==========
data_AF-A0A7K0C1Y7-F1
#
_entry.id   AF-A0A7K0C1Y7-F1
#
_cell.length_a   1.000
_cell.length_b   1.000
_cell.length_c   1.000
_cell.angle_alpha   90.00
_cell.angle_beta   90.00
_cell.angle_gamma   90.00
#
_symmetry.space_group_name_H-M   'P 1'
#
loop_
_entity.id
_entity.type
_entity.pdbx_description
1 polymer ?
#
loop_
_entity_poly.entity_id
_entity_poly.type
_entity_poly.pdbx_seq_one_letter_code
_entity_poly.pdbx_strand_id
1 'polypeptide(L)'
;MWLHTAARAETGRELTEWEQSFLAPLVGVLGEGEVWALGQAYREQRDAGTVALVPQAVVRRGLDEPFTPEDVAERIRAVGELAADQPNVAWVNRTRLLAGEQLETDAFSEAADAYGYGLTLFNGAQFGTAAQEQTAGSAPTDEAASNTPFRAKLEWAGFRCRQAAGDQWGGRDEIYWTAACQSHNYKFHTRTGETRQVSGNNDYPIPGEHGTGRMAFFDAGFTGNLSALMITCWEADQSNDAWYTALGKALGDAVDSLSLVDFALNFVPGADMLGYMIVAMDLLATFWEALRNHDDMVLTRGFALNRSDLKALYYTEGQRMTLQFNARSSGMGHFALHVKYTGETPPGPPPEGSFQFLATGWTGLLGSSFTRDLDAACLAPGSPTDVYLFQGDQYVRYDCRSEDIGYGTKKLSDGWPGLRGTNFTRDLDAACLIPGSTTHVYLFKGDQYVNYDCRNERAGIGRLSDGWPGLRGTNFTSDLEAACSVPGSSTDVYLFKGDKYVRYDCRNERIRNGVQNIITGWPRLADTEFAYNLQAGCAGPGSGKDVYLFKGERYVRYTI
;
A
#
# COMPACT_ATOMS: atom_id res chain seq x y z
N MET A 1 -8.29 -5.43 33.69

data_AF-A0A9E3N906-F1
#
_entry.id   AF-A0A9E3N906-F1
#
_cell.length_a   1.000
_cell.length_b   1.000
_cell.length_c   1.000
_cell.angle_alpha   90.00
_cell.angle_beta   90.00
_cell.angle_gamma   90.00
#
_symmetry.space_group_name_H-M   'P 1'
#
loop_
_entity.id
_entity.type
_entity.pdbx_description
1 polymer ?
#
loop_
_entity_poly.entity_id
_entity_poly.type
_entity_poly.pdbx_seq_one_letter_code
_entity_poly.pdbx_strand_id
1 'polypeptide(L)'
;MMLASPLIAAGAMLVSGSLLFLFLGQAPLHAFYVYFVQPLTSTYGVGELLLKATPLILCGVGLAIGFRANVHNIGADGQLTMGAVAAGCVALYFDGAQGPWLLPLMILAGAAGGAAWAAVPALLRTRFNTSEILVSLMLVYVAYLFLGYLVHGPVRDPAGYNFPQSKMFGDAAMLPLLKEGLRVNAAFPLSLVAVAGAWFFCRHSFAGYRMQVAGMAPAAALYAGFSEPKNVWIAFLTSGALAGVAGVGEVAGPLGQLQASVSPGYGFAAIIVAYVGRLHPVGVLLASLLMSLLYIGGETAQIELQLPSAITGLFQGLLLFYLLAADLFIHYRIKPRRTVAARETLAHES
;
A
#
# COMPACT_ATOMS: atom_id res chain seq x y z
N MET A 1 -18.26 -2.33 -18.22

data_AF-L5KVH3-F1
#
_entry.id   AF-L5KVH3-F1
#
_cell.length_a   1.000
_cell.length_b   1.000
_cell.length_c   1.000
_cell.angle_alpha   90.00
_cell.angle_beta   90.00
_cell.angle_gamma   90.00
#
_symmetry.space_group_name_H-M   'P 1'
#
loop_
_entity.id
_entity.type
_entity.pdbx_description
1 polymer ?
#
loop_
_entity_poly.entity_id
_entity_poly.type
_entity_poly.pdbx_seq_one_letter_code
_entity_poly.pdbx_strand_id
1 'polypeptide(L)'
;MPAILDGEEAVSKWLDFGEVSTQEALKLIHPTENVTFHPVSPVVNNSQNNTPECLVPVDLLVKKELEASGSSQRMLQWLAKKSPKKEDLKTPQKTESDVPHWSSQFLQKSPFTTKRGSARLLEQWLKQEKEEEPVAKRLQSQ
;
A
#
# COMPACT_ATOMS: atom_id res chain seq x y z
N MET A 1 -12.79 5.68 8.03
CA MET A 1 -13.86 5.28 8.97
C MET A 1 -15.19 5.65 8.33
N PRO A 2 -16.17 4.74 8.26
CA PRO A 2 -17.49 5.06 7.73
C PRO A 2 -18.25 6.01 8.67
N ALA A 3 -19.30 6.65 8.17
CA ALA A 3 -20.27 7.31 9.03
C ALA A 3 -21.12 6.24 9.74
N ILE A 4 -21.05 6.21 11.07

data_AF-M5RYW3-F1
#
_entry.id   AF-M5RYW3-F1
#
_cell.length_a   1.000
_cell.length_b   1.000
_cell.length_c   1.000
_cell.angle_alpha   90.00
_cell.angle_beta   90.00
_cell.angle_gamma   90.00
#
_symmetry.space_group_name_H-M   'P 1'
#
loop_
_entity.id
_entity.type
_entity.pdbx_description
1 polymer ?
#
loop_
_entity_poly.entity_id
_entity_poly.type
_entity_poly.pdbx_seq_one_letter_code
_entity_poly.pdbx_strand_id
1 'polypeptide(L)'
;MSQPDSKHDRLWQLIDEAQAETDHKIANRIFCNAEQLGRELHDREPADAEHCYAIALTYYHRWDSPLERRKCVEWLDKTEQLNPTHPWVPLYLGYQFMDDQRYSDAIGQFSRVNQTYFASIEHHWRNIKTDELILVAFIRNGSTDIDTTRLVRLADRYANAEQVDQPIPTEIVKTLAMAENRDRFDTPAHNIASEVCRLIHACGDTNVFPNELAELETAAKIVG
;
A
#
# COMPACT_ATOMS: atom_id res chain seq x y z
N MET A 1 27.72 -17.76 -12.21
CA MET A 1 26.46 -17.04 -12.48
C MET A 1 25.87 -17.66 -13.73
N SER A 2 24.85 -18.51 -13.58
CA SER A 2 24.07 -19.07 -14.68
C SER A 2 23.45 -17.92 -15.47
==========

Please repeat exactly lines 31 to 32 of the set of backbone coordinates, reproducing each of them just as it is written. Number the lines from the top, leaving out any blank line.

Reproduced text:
N MET A 1 -8.29 -5.43 33.69

data_AF-A0A9E3N906-F1